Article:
Be in the know and join our inner circle of style mavens, innovators, art lovers and tech-aficionados.

Google reCaptcha: Invalid site key.


The French Do It Better?
Paco Rabanne, Georges Hobeika, Saint Laurent, Dior, Balmain, Givenchy and what not.

We know we previously invited you for a coffee to keep your eyes wide open while we list all the shows we loved from Milan fashion week; today, we encourage you to indulge in a croissant or an ‘éclair’, while we make everything you saw on the Parisian runways a little bit more ‘clair’ as they say in French or clear, as we dive deeper through the collections, inspiration, fabrics and textiles of some of our favourite shows from the French runways.

Julian Dossena said let there be Lurex to channel the friendship between Paco Rabane and Salvator Dali.

The two Spanish visionaries linked by their artistic expression are celebrated through shards of Lurex that appear sprinkled atop knitwear, Metal mesh seemingly morphing into leather, gauzy mousseline studded with strass giving an eerie smoked effect. The show also features four Dali paintings including the Shades of Night Descending, Sun-Table which becomes distorted and dimensional through assembled panels. A bejeweled pomegranate also reminds the artist imagination and virtually throbs at the gathered heart of a flou dress. (can you spot the small telephone dangling from earlobes?)

Vampires…The creative inspiration behind Georges Hobeika’s FW23 collection, comes from the world of vampires as seen in cult series.

It celebrates the division between night and day, the accepted and the unaccepted, a fear of the unknown and a contrasting desire to belong. Two degrade color schemes are put upfront and play with the changing shades of sunrise and sunset with a warmer palette of red, oranges and grees for the early mornings, and dramatic purples, blues and blacks for a crepuscular feel.

Saint Laurent, an effective dissolution of gendered exclusivity.

Spot it through classic items as the blazer but also the leather bomber and a sharpy cut tank-top which are seamlessly incorporated into a woman’s wardrobe. Motifs that are usually associated with masculine tailoring-pinstripes, tartans and glen plaids take on a feminine feel. It’s also important to mention that the venue was inspired by the ballroom of the Intercontinental hotel where the brand presented all its haute couture collections between 1975 and 2001.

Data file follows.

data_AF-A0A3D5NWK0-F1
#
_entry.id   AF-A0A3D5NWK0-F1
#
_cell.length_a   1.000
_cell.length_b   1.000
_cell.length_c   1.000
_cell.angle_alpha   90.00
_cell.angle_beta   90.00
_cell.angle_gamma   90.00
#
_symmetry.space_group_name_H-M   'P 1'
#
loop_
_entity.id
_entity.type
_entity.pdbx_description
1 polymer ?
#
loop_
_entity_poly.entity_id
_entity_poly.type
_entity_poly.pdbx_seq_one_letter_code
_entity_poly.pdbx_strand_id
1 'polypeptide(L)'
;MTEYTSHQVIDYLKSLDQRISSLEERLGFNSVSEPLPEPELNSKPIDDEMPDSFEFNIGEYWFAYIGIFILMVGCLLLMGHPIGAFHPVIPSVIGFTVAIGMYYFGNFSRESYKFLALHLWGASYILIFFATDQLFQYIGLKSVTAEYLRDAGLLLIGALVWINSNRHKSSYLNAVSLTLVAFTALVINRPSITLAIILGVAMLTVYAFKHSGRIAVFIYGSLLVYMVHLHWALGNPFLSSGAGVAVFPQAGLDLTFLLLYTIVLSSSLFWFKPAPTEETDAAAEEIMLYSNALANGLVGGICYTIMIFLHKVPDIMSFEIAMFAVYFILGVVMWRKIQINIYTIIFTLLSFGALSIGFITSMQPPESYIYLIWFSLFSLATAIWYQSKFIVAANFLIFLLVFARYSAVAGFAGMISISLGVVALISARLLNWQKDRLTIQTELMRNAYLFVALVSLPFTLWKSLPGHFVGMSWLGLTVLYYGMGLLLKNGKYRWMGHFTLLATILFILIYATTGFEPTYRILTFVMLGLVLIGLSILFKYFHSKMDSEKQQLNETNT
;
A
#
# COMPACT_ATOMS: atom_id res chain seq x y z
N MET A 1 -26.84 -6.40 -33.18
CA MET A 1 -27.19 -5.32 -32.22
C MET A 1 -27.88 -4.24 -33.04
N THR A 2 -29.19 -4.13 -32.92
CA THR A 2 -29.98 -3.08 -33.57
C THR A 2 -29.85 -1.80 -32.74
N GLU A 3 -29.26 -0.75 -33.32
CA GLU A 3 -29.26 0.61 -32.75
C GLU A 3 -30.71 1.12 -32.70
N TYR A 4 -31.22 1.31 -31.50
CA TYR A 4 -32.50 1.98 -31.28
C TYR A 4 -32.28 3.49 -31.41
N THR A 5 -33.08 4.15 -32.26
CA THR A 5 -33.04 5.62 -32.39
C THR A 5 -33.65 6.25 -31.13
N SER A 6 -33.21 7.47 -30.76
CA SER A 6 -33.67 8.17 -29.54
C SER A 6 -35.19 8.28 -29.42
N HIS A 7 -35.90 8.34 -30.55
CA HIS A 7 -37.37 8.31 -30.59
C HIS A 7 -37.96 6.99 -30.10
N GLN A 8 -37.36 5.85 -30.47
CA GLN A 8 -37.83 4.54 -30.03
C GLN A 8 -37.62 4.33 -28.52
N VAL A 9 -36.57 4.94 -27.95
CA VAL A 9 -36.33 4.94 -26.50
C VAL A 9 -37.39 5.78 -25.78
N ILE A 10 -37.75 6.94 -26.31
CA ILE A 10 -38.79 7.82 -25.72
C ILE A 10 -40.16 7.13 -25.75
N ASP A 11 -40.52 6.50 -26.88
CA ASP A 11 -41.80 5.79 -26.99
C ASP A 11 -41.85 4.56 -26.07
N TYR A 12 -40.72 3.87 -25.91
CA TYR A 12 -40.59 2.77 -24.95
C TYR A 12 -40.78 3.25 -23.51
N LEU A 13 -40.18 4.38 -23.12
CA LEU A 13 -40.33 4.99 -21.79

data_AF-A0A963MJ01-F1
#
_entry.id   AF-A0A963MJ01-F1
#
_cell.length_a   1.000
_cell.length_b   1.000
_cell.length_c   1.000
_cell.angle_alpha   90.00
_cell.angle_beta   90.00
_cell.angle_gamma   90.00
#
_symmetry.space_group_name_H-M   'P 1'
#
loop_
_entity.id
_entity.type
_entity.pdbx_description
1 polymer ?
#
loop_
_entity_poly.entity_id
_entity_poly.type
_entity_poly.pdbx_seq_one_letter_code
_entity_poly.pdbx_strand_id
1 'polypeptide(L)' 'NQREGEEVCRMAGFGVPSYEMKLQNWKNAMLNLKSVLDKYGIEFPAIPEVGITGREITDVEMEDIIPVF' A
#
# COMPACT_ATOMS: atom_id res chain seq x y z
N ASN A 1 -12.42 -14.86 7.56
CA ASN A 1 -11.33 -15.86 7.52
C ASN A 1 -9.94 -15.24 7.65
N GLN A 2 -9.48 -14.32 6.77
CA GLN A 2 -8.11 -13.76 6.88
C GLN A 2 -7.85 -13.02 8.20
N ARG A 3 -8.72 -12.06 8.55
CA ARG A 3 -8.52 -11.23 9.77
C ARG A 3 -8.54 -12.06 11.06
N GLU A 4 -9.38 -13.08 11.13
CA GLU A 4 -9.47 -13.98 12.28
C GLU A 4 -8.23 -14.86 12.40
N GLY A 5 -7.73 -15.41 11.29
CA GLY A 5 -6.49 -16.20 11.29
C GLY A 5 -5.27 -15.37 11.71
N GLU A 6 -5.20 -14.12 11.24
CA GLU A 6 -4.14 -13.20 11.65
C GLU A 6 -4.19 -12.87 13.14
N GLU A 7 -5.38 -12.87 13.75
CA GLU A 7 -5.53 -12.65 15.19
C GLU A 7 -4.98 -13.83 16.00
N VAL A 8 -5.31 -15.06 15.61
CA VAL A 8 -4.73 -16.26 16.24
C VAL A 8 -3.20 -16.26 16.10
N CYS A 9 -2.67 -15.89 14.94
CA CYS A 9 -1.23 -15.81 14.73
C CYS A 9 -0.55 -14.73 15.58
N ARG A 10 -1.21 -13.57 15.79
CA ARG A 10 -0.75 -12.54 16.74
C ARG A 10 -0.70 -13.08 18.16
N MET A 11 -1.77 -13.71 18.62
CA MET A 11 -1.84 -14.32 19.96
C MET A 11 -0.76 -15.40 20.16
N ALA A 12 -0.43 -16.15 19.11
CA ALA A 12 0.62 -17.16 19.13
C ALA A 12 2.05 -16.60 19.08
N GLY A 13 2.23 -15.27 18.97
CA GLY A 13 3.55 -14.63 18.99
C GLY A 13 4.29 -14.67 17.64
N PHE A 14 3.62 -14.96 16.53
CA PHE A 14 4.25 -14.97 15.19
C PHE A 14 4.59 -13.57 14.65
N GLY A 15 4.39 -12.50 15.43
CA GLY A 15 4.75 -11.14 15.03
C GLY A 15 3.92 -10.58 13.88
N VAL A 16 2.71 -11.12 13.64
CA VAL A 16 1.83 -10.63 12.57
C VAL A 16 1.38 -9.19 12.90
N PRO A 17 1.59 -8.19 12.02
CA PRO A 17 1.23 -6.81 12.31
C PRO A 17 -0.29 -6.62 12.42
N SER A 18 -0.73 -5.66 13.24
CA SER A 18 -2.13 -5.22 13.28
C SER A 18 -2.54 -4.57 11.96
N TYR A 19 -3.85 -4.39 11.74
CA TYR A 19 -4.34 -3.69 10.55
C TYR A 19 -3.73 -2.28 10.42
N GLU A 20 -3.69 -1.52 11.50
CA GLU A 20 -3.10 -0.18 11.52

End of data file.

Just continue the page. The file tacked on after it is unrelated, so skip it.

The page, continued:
Dior brings back Catherine Dior, Edith Piaf and Juliette Greco.

If your brain was a place it would definitely look like Dior’s FW23 colorful venue with all colors and textures we’ve been absorbing from fashion week. With a very dreamlike set up, dim lighting and shimmering miniature light made the way for Maria Grazia Chiuri’s collection enriched with the reinterpreted heritage flower motifs. The texture of the fabric is interwoven with a metallic thread that makes the material seem alive, malleable and obtaining an abstract effect.

Olivier Rousteing on bringing back the true French style 101.

It’s an homage, an inspiration, a show for appreciation to and from the legacy of Pierre Balmain and his 780year old house and history. Historical house clues from lavish Suede, oversized silver lapels, grandiose bow ties, textured corsets, statement hats and polka-dot prints are all brought back modernized to reflect the house’s transformational journey.

Matthieu Williams mirrors the elegance in the dressing culture of the arts-driven community of women.

Confidence, comfort and empowerment, it’s a generational sophistication through reconsidered classical compositions for Givenchy FW23. A balance between the new and old silhouettes, constructions and styling informed by the past but adapted for the present through magnified volumes, tailoring cuts, strong shoulders with a softly nipped in waist. Black coats developed in the haute couture atelier are crafted in Satin, tricotine, cashmere or mohair and suit jackets structured in the same silhouette observing a contemporary evocation of a mini dress.